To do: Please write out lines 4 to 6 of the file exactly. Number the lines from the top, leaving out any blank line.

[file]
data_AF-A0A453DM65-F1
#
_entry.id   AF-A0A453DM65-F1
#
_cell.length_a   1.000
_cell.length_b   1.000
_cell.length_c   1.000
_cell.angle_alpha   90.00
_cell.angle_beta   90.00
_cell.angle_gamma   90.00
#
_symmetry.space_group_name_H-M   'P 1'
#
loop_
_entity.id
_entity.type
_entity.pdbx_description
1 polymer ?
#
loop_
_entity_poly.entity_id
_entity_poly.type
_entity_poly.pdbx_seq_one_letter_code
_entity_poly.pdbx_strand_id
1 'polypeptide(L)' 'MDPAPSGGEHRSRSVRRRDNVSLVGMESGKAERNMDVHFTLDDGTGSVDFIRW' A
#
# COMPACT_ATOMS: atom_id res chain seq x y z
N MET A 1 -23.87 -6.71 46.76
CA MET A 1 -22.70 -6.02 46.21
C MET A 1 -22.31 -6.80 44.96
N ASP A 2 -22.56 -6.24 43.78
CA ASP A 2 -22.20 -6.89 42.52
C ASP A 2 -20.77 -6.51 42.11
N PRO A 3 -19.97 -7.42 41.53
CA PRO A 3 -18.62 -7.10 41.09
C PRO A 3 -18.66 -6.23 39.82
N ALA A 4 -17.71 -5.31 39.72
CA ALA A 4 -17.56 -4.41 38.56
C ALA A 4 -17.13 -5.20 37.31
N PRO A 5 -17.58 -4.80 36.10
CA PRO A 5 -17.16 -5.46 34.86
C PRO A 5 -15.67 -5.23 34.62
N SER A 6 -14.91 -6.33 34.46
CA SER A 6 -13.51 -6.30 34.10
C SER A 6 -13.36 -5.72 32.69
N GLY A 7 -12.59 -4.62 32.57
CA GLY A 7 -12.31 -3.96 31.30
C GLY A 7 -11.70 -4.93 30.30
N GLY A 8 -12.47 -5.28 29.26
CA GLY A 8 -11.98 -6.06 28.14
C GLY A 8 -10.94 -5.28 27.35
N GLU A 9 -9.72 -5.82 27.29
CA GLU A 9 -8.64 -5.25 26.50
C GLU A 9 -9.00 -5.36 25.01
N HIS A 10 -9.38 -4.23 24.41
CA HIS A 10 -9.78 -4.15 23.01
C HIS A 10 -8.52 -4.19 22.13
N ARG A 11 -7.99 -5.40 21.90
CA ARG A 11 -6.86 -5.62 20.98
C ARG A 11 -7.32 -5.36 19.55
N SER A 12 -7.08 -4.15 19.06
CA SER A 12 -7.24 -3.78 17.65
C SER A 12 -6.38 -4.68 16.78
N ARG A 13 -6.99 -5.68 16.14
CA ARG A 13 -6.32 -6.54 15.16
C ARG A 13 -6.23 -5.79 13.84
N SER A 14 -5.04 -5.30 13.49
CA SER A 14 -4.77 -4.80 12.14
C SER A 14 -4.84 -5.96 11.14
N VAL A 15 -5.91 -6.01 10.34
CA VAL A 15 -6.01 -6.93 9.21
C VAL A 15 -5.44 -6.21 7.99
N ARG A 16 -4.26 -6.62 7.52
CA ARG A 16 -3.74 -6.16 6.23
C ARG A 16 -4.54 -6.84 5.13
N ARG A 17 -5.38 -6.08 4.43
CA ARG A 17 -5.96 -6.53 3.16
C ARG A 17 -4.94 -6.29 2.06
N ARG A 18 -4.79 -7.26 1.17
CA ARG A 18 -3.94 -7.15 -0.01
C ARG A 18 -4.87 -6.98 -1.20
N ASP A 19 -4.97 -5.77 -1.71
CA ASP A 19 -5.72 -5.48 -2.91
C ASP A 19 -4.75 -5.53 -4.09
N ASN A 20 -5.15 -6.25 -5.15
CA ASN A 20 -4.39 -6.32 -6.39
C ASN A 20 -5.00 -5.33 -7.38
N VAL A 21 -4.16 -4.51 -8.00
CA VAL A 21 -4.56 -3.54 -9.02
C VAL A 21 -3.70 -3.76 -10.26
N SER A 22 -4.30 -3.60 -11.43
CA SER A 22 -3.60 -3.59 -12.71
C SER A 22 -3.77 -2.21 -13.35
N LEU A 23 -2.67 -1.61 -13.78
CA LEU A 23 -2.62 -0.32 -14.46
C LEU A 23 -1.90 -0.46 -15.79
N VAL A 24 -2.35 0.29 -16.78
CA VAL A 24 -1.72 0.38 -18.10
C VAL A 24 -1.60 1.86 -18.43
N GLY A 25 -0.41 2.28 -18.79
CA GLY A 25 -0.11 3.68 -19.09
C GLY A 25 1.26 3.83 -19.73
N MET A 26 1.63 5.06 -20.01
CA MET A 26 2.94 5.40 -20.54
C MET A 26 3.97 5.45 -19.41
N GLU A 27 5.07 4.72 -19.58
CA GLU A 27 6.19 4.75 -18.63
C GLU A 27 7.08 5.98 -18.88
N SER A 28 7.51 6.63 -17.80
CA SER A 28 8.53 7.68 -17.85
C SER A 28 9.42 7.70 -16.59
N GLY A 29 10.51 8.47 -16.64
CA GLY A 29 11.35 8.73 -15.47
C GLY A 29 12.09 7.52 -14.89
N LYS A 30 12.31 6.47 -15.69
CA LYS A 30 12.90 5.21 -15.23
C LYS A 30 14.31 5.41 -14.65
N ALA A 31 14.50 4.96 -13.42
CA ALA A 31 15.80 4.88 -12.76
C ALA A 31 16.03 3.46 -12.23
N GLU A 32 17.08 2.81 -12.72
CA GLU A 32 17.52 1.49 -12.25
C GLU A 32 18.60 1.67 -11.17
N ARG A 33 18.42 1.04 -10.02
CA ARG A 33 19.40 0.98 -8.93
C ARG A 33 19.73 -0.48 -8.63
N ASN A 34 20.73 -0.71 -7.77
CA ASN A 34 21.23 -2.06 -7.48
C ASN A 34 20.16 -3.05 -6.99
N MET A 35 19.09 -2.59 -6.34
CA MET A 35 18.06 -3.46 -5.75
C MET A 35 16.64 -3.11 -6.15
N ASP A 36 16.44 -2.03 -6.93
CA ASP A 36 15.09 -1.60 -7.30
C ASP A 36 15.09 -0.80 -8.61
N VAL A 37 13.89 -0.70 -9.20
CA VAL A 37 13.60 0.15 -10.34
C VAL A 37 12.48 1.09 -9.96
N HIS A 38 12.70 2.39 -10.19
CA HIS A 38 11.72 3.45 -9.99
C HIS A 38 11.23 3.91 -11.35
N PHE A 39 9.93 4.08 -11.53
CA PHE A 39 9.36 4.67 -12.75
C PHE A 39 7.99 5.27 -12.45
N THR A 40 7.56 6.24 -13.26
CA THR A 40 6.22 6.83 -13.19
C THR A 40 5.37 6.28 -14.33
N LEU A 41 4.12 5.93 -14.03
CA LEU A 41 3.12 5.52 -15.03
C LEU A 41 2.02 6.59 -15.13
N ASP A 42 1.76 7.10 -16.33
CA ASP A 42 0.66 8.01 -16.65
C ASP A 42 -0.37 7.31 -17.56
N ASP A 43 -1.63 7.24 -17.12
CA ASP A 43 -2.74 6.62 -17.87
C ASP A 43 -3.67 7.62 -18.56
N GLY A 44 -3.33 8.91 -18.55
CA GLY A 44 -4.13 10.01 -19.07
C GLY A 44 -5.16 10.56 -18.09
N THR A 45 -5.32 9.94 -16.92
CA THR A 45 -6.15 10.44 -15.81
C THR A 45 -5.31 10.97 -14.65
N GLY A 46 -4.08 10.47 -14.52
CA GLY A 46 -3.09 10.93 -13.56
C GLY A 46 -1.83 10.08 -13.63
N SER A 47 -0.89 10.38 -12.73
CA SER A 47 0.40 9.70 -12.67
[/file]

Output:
#
_cell.length_a   1.000
_cell.length_b   1.000